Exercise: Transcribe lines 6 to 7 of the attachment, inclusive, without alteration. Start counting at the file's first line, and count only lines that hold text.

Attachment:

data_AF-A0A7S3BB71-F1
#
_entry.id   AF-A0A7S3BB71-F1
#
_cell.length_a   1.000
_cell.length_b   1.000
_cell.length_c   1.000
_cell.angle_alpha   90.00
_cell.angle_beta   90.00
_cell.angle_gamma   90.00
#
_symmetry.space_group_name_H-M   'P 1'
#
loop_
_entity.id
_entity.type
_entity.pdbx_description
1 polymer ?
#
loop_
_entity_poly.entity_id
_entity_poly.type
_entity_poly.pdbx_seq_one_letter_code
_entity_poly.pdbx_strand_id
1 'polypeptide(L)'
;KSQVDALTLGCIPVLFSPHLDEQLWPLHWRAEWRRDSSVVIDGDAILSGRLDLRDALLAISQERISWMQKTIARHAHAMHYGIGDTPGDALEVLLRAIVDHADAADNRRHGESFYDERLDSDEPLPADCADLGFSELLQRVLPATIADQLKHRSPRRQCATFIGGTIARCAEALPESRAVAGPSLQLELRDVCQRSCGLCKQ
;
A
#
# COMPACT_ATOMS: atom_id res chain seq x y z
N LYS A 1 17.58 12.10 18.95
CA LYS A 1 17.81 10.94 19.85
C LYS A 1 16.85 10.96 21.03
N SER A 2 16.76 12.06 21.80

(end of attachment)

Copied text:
_cell.length_b   1.000
_cell.length_c   1.000